Abolition fervor was running strongly in the North. Vermont, though not yet recognized as an independent state, abolished slavery outright in 1777. Pennsylvania, Rhode Island, and New York had all enacted gradual emancipation legislation. Some Northerners were not satisfied with gradual methods. Frustrated by the failure to end slavery immediately, prominent New York citizens formed the New York Society for Promoting the Manumission of Slaves. The first two presidents of this group were John Jay and Alexander Hamilton.
The South must have realized that although the Constitution did not grant the federal government the power to abolish slavery, it did not eliminate the desire to end the slave system. There were many in the North who continued to feel a moral imperative to bring slavery in America to an end. Many in the South also railed against slavery, among them prominent Virginians such as Thomas Jefferson and George Mason.[Page 331] But there was a difference. The instinct among Northerners was to emancipate slaves while Southerners tended to want to deport them. This was not principally due to a more extreme racism in the South but to a legitimate fear about what would happen if it loosened its tight control over a black population that had long suffered horrible cruelties. Even more chilling than emancipation was the prospect of continuing the slave system but weakening the white population's control over the slave population.[Page 332]
Southerners, therefore, had to worry that Northerners, whether morally committed to ending slavery or merely indifferent to the precarious situation in the South, might subvert the slave system indirectly. Even Virginians who wanted to end slavery had to tremble at such a prospect. Virginia was a state living in perpetual fear. Fully forty-four percent of Virginia's total population was black, and in some areas, particularly in the eastern part of the state, blacks constituted the majority. Whites were ever mindful that if the right opportunity presented itself, blacks might cut their heads off. This is not hyperbole. On a Sunday morning in September 1739, for example, a group of about twenty blacks broke into a store near Stono, South Carolina for guns and powder. They decapitated the two storekeepers, displayed their heads on the front steps, and then headed South, sacking and burning homes and killing whites on their way. They marched while flying banners, beating drums, and [Page 333] calling out "Liberty!" to attract more slaves to the rebellion. According to one account, their numbers "increased every minute by new Negroes coming to them, so that they were above Sixty, some say a hundred." But for a coincidence, the rebellion may have grown considerably larger and perhaps even succeeded. By chance, the Lieutenant Governor of South Carolina rode within eyesight of the rebel group while he was on his way to Charleston with four other men.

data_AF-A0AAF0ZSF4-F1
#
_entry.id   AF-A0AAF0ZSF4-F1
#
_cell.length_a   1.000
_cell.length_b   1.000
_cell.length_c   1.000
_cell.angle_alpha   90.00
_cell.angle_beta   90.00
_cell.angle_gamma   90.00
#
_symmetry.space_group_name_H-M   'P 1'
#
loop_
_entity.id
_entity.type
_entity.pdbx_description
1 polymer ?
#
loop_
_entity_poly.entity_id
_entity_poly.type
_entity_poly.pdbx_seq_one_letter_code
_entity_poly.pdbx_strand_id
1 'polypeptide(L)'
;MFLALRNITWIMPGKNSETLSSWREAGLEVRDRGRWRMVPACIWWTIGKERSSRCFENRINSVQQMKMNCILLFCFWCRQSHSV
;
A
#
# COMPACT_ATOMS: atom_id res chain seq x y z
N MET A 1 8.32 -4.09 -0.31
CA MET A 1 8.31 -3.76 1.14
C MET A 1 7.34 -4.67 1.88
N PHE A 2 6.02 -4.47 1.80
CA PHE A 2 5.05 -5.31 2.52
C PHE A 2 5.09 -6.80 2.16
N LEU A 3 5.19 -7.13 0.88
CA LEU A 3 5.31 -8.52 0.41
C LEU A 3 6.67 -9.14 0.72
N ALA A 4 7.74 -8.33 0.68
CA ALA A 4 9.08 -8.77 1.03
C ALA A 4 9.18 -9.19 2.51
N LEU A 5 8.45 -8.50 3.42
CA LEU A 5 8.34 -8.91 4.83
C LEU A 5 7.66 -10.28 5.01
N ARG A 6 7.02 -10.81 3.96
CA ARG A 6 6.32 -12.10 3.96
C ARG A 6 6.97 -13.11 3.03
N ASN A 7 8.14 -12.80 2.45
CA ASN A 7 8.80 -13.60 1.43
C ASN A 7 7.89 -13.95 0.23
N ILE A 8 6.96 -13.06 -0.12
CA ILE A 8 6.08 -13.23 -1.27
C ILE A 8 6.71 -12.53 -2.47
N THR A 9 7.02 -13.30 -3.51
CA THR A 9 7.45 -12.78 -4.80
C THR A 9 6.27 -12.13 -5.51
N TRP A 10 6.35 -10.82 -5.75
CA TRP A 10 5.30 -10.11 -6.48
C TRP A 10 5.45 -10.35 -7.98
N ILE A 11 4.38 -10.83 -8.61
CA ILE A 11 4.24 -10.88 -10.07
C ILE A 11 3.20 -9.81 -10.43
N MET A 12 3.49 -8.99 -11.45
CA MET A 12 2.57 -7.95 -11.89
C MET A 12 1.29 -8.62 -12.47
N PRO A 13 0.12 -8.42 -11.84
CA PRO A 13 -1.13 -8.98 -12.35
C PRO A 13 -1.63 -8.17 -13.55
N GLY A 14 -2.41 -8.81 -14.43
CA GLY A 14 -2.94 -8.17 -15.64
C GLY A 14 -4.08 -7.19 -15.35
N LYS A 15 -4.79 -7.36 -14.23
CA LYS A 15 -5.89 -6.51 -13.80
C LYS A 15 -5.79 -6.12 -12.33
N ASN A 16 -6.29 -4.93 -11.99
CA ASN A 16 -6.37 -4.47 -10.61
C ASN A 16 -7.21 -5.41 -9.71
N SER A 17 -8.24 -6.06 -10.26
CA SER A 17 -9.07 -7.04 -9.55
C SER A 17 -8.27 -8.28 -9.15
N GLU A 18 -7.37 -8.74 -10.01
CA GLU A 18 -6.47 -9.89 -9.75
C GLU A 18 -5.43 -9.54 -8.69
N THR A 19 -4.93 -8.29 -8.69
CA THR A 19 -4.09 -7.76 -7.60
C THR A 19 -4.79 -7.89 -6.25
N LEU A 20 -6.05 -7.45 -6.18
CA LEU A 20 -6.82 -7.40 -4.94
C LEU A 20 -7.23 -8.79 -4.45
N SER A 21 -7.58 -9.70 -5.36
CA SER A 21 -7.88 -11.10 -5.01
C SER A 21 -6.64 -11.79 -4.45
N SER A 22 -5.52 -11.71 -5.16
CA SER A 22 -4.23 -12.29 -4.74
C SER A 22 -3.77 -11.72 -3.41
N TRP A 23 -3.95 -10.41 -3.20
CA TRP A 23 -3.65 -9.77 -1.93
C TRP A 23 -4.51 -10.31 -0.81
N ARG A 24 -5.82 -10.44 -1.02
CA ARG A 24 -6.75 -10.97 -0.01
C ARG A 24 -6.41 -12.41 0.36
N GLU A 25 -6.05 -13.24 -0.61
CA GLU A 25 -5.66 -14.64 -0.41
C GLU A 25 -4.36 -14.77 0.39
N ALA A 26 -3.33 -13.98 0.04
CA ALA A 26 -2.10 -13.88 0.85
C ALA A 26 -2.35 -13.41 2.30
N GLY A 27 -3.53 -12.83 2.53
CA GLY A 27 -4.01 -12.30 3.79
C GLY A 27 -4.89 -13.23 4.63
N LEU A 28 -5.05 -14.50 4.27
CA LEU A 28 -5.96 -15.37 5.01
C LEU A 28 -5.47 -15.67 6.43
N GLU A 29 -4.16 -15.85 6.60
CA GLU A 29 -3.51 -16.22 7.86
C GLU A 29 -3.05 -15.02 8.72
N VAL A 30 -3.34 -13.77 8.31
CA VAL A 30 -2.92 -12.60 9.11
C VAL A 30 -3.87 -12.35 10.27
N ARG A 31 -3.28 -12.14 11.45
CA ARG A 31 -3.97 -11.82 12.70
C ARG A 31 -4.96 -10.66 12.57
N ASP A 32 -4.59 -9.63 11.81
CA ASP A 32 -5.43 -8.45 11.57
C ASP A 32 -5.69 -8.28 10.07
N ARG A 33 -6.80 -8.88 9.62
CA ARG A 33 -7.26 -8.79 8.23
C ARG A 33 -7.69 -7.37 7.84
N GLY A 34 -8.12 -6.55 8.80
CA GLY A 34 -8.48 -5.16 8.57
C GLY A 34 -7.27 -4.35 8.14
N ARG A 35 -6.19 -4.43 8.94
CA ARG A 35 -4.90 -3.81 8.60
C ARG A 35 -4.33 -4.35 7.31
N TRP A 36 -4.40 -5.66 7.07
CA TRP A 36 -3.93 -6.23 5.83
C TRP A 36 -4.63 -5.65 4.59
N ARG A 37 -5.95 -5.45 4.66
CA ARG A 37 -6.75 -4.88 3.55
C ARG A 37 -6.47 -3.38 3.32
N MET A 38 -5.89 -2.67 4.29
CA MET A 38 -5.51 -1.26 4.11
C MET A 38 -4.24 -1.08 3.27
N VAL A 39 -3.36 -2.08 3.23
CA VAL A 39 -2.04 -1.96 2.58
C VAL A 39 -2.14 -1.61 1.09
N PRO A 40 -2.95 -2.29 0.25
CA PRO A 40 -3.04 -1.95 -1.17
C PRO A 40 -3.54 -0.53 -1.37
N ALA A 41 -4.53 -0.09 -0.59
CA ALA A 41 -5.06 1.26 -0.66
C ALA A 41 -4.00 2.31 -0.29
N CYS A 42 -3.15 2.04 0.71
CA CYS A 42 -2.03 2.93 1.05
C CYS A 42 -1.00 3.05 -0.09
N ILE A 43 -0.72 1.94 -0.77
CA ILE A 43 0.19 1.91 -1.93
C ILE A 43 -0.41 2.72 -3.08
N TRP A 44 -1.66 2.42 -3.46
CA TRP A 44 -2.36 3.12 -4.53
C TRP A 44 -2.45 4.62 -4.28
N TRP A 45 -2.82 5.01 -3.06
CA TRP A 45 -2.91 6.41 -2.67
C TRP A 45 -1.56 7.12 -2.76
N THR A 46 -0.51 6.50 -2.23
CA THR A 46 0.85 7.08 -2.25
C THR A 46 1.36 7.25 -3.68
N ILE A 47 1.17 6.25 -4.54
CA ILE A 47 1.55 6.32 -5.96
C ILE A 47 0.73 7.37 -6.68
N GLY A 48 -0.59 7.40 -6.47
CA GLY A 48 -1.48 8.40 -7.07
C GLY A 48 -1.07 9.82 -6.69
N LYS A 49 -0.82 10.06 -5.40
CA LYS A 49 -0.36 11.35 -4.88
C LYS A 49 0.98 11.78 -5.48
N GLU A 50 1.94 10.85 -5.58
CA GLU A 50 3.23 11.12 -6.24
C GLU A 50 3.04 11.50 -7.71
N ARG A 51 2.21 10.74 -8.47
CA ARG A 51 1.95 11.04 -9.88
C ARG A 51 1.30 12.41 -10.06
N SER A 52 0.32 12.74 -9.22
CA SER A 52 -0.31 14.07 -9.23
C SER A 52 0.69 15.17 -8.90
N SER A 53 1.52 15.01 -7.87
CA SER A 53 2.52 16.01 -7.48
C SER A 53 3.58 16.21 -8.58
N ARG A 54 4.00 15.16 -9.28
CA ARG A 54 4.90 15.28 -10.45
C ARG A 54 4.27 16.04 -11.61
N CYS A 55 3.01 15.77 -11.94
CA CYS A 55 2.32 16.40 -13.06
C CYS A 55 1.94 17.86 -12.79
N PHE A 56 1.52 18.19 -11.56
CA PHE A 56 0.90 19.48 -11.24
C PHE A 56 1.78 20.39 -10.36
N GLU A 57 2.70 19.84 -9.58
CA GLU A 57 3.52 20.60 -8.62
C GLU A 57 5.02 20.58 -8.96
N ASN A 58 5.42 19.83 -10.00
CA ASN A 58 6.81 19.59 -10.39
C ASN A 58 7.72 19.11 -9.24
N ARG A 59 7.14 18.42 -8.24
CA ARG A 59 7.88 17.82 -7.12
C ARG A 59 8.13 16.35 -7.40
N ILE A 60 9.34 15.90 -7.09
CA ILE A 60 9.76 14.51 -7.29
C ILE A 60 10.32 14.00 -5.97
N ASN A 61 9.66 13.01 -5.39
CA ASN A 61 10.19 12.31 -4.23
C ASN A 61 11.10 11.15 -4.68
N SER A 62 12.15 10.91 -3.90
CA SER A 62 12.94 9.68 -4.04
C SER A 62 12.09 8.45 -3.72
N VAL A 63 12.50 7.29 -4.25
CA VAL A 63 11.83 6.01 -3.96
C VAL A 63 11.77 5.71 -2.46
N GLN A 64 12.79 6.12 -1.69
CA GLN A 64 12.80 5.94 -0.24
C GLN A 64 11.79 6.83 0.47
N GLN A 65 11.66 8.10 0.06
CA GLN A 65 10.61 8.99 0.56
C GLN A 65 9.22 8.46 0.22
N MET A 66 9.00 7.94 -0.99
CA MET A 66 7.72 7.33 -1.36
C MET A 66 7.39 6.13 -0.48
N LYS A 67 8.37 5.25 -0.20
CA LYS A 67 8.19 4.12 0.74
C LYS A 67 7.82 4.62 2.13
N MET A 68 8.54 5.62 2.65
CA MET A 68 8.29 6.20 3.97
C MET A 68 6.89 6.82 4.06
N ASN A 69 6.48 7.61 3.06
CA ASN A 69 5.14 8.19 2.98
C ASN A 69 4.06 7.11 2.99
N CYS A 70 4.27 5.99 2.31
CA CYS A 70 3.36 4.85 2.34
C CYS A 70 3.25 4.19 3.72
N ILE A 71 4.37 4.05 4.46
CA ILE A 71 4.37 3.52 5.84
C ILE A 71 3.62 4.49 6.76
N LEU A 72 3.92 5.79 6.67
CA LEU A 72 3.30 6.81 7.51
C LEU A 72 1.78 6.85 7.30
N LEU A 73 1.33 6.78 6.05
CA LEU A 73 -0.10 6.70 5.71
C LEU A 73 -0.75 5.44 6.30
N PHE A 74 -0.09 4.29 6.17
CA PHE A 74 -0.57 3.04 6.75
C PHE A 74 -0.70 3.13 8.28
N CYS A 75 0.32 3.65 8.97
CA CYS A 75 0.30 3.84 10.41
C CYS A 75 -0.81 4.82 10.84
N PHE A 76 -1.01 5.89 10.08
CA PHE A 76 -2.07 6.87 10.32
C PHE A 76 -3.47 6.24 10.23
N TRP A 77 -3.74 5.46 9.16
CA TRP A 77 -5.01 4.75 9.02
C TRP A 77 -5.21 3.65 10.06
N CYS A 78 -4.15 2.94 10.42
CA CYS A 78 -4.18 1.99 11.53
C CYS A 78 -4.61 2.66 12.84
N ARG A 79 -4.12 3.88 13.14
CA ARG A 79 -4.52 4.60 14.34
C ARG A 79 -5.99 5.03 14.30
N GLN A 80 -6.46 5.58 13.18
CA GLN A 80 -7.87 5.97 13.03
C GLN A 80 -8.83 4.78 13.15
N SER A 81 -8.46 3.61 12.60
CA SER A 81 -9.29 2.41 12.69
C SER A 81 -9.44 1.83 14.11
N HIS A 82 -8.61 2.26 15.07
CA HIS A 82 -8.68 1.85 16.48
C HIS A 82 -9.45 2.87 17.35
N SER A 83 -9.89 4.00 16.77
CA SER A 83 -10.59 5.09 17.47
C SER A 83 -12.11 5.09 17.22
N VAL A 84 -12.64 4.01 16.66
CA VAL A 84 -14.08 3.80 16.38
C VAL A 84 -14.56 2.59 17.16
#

As best as events can be reconstructed, the Lieutenant Governor raced to the Presbyterian church in Wiltown, which happened to be in the midst of Sunday services, and assembled a contingent of white planters. By four o'clock in the afternoon, somewhere between twenty and one hundred armed and mounted militiamen attacked the rebel group. About forty-four blacks and twenty-one whites died in the ensuing battle. As a warning against future insurrections, the militia decapitated black rebels and placed their heads "up at every Mile Post they came to." However, at least thirty blacks escaped. The entire white population was ordered under arms, and a desperate manhunt was conducted to find the remaining rebels. It was not until a week later that a militia company located the largest remnant of the insurrectionist band and killed most of the group in a second battle. Perhaps a half dozen blacks escaped from this second battle, and one of the leaders of the rebellion was not captured until three years later.